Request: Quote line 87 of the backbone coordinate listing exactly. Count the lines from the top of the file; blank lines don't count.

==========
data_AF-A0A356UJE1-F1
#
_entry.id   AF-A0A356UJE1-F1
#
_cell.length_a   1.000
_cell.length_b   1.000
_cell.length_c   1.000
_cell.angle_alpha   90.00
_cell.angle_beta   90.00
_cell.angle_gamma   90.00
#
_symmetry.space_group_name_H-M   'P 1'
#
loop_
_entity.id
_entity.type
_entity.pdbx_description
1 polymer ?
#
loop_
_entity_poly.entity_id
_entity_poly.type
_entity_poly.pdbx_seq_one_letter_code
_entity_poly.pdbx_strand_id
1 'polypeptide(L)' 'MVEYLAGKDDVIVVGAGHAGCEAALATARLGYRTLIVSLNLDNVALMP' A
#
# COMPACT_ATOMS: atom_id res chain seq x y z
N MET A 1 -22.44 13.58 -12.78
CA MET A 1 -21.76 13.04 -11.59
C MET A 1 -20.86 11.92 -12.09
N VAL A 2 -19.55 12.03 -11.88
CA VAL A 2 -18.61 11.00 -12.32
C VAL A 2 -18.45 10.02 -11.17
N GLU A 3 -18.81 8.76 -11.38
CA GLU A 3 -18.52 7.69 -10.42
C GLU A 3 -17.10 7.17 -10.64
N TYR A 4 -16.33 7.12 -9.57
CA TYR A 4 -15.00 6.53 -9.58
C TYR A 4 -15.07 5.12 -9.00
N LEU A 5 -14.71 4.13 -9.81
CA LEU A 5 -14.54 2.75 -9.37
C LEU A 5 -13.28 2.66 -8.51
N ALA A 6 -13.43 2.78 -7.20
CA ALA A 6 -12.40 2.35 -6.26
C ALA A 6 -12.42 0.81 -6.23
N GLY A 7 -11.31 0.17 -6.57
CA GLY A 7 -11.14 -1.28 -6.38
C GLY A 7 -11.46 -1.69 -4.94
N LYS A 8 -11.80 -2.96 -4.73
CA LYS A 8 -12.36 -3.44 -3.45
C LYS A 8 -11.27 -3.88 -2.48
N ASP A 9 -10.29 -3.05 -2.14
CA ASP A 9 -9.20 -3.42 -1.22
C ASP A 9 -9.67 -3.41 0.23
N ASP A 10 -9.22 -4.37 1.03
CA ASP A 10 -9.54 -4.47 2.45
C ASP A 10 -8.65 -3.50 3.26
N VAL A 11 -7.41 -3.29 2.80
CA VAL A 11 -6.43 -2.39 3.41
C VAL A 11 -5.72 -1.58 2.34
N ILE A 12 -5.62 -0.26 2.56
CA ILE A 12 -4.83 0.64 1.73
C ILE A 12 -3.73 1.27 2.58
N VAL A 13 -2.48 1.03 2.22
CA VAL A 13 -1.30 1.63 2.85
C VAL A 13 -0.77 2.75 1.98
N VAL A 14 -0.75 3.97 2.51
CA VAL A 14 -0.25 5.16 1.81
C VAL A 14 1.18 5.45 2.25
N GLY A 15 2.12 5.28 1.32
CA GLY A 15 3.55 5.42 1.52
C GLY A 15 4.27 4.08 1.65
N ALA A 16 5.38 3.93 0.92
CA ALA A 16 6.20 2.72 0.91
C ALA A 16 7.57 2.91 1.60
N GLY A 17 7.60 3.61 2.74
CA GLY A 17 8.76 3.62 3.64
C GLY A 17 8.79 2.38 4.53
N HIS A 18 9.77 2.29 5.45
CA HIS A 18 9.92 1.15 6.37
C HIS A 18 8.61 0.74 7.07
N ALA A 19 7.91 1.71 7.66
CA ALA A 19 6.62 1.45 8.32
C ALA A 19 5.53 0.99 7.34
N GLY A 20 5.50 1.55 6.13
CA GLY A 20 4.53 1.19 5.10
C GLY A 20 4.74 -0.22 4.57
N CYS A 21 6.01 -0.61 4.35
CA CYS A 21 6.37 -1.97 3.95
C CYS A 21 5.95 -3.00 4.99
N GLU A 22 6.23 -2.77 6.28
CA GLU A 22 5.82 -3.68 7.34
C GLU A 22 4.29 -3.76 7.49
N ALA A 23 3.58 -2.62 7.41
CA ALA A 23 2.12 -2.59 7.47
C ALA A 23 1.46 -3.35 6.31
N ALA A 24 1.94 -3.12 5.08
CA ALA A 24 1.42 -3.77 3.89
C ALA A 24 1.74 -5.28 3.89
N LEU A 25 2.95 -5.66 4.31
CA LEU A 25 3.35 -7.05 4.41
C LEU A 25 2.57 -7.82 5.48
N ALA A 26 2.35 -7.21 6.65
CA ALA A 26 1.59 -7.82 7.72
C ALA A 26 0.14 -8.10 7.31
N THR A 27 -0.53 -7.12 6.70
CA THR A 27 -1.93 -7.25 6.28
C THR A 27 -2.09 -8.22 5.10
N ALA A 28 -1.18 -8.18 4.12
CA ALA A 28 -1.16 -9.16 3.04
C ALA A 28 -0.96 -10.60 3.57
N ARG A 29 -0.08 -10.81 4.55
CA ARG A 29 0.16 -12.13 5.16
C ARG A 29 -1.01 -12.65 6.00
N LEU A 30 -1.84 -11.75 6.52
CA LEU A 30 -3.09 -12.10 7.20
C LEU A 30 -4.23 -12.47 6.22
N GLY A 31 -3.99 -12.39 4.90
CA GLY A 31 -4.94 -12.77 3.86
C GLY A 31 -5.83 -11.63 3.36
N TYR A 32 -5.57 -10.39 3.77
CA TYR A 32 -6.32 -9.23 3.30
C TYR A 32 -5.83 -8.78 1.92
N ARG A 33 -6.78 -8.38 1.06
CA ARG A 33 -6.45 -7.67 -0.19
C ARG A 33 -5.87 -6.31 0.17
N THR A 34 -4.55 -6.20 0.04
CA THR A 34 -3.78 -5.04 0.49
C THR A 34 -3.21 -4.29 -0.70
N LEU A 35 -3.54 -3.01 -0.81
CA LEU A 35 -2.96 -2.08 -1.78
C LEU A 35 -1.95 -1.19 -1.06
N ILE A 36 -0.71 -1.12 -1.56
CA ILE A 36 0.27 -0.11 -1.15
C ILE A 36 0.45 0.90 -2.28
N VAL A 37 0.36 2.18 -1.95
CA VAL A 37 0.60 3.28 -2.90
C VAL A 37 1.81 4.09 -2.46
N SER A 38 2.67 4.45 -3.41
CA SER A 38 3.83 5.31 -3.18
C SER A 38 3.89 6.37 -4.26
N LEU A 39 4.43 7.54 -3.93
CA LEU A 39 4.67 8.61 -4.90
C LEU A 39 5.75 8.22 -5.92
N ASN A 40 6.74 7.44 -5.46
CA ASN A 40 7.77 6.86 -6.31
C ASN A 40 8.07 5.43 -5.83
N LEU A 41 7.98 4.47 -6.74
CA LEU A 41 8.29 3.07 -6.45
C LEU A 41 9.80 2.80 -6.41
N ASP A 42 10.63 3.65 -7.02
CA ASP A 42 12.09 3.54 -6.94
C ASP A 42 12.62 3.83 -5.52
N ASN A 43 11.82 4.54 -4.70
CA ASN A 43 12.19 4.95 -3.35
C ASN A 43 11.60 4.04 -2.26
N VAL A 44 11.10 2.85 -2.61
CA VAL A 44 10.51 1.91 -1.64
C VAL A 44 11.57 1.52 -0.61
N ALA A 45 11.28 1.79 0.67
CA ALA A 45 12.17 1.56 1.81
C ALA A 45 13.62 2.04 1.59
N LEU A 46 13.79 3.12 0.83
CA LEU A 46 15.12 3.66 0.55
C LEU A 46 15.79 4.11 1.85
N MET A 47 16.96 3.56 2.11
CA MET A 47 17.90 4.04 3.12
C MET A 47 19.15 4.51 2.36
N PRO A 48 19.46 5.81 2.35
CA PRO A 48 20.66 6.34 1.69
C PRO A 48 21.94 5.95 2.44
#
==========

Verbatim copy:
C GLY A 20 4.74 -0.22 4.57